It’s a rare phenomenon in health policy these days: insurance premiums that are dropping. But that’s what happened yesterday, when the Obama administration announced that Medicare Advantage premiums would decrease by 4 percent in 2012 as enrollment increased 1 percent.
Reduced premiums and increased enrollment are the exact opposite of what insurers and Republicans predicted would happen to Medicare Advantage after the passage of the Affordable Care Act. The health reform law reduced payments to Medicare Advantage plans — privately-run alternatives to traditional, fee-for-service Medicare — by about $136 billion over the next decade. Right before the law passed, American’s Health Insurance Plans predicted that “millions of seniors in Medicare Advantage will lose their coverage, and millions more will face higher premiums and reduced benefits.”
So what accounts for the drop? Dig into the data and you’ll see the decrease in premiums doesn’t have a lot to do with policy decisions made in the Affordable Care Act. Rather, it’s three outside factors that are putting downward pressure on Medicare:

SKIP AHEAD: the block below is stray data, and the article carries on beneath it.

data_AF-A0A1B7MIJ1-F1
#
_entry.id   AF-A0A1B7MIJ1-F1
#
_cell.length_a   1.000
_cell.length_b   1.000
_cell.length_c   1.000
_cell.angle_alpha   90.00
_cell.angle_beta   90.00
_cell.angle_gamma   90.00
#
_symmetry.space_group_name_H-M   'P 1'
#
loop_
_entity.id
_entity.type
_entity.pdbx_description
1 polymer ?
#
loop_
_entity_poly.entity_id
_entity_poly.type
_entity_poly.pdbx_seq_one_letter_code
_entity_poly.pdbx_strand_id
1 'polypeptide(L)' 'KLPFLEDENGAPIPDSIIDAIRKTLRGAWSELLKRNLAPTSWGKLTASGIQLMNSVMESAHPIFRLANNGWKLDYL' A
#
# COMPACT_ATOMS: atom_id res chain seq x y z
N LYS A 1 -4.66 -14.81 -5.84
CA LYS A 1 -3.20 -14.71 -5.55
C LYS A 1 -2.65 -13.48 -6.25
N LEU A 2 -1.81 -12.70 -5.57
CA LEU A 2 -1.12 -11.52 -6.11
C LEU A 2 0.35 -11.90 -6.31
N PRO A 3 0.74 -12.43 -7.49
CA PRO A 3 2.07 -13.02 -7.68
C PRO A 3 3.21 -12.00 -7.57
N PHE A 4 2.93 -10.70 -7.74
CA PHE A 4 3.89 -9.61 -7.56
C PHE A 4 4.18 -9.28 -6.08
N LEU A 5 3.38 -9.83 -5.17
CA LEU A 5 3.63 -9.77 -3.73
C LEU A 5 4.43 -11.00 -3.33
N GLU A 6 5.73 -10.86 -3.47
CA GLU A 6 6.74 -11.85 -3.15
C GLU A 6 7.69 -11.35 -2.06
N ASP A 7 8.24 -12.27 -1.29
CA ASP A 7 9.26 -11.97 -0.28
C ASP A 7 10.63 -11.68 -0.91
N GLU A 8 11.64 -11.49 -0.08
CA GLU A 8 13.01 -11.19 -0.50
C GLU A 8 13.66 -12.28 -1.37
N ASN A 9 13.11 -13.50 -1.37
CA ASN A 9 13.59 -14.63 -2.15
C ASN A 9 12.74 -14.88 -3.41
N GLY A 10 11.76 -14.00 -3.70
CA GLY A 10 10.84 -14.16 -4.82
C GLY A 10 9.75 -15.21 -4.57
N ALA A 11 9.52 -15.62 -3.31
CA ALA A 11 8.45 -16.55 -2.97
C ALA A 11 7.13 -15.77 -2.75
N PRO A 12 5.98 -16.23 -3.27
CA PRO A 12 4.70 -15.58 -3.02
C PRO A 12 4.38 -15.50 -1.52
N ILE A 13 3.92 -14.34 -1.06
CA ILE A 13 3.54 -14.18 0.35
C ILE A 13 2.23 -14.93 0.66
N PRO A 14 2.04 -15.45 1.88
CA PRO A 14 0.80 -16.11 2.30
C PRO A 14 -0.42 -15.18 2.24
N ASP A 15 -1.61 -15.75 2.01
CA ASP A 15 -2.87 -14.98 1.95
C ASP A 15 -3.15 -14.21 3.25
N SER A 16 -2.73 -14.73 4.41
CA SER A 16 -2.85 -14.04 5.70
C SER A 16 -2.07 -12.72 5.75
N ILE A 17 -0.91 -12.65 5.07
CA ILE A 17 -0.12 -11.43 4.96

Medicare costs are growing slower. Both in Medicare and in private insurance, the recession has correlated with patients using fewer medical services. This looks to be particularly true in Medicare, where seniors could have more limited resources living on a fixed iincome. The newest S&P Healthcare Eonomic Indicies data came out today, and you can see that Medicare spending looks to be rising at a slower rate than it was a few years ago:
Healthier seniors. The Medicare risk pool is becoming younger, and collectively healthier, making them a cheaper group to insure. Medicare doesn’t “age-rate” — charge its older subscribers more — because they presumably have higher medical costs. As this chart (prepared by managed care analysts at CitiGroup) shows, there’s a swell of 65-year-olds. They tend to have lower medical costs than their older counterparts but don’t pay a higher premium for that:
Lower prescription drug prices. Most Medicare Advantage plans include a prescription drug component, alongside insurance for doctor visits and hospital stays. That portion of the plan is going to become less expensive as some big-name drugs come off patent in the next few months. Four of Medicare’s most prescribed drugs — Lipitor, Zyprexa, Seroquel and Plavix — are set to go generic later this year. This is probably a reason that Medicare Part D, the stand-alone prescription drug benefit, saw its premiums decrease for 2012, too.